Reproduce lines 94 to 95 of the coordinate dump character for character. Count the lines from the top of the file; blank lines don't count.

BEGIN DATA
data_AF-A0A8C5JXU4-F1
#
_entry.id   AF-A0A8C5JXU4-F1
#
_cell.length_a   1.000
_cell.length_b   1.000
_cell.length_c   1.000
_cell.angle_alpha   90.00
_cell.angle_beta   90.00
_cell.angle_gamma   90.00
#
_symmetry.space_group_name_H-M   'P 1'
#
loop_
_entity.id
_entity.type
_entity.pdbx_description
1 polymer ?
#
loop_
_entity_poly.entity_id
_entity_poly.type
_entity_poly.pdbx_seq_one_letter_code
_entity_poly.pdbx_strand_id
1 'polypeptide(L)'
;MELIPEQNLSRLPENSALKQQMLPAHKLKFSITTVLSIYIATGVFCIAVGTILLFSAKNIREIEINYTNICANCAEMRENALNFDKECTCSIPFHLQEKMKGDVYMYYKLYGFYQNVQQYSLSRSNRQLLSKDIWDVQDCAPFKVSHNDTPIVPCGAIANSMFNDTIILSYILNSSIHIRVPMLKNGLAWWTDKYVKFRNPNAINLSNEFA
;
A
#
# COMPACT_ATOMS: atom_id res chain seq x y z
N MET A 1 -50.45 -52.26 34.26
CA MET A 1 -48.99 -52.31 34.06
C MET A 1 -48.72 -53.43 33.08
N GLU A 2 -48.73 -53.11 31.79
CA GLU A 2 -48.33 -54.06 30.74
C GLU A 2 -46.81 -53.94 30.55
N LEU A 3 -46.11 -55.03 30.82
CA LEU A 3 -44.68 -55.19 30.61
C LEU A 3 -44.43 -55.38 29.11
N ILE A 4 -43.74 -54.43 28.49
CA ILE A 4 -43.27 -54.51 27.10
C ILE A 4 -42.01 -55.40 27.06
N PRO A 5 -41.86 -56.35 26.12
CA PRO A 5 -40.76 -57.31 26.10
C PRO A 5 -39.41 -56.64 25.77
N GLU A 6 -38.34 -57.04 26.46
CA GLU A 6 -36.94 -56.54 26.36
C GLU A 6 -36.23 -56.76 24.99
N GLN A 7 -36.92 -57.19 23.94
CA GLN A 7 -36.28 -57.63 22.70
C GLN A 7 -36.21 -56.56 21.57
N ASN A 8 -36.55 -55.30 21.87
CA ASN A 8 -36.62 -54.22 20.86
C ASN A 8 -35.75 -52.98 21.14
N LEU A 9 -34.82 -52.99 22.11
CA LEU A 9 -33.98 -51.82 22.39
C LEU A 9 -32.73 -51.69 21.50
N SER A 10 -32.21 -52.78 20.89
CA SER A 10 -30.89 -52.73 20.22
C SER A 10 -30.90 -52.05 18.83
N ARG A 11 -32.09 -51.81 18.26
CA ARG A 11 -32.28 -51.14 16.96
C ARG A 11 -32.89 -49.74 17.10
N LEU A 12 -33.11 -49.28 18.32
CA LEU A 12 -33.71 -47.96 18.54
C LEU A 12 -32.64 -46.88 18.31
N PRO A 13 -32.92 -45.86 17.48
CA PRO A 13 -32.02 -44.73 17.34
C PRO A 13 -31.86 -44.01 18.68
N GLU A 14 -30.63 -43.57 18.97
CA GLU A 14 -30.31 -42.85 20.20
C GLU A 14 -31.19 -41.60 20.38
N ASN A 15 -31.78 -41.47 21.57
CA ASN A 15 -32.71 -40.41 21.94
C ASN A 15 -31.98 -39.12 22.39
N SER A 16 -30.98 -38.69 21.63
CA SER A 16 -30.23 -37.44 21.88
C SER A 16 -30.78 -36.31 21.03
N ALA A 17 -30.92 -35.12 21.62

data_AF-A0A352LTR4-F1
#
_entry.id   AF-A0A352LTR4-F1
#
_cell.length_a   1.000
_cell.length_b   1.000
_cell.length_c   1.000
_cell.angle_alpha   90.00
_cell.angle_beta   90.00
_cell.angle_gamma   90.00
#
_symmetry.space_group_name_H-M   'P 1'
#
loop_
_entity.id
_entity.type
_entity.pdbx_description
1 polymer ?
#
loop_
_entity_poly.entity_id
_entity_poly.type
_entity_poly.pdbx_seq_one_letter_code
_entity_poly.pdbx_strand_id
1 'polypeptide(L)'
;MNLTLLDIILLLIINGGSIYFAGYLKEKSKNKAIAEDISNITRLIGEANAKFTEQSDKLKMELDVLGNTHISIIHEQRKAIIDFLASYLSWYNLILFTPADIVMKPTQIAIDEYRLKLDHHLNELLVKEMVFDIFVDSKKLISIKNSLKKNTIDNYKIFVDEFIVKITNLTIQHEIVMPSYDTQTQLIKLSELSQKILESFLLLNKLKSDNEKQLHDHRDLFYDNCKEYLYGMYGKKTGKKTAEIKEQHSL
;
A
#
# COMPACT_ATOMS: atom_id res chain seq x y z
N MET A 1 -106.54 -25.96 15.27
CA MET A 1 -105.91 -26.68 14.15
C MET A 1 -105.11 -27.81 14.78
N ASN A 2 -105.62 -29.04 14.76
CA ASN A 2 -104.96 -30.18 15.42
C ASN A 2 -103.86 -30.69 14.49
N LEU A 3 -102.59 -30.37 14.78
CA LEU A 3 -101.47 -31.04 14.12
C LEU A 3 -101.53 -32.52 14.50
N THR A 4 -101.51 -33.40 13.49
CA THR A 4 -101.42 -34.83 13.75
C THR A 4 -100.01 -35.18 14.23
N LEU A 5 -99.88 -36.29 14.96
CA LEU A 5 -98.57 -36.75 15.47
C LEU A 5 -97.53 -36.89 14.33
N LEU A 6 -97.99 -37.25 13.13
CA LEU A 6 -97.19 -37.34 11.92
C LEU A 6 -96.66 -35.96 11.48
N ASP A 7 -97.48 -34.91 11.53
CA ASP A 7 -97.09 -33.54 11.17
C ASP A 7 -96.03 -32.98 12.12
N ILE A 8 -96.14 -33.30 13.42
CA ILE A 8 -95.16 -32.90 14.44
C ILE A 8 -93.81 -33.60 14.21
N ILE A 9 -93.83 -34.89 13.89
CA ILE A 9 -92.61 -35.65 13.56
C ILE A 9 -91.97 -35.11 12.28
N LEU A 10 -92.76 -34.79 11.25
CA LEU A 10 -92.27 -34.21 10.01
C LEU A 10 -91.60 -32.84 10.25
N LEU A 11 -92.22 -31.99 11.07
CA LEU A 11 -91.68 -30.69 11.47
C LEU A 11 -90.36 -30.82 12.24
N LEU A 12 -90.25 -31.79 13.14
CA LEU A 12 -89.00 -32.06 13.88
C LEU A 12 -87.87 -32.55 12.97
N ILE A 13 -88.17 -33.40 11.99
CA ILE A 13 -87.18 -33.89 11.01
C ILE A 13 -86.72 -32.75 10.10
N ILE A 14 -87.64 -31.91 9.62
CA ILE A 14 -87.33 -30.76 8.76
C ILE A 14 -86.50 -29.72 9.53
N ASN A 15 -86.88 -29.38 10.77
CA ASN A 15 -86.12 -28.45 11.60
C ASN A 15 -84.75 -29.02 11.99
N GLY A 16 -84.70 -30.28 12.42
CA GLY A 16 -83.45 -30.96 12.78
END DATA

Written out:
_entity.id
_entity.type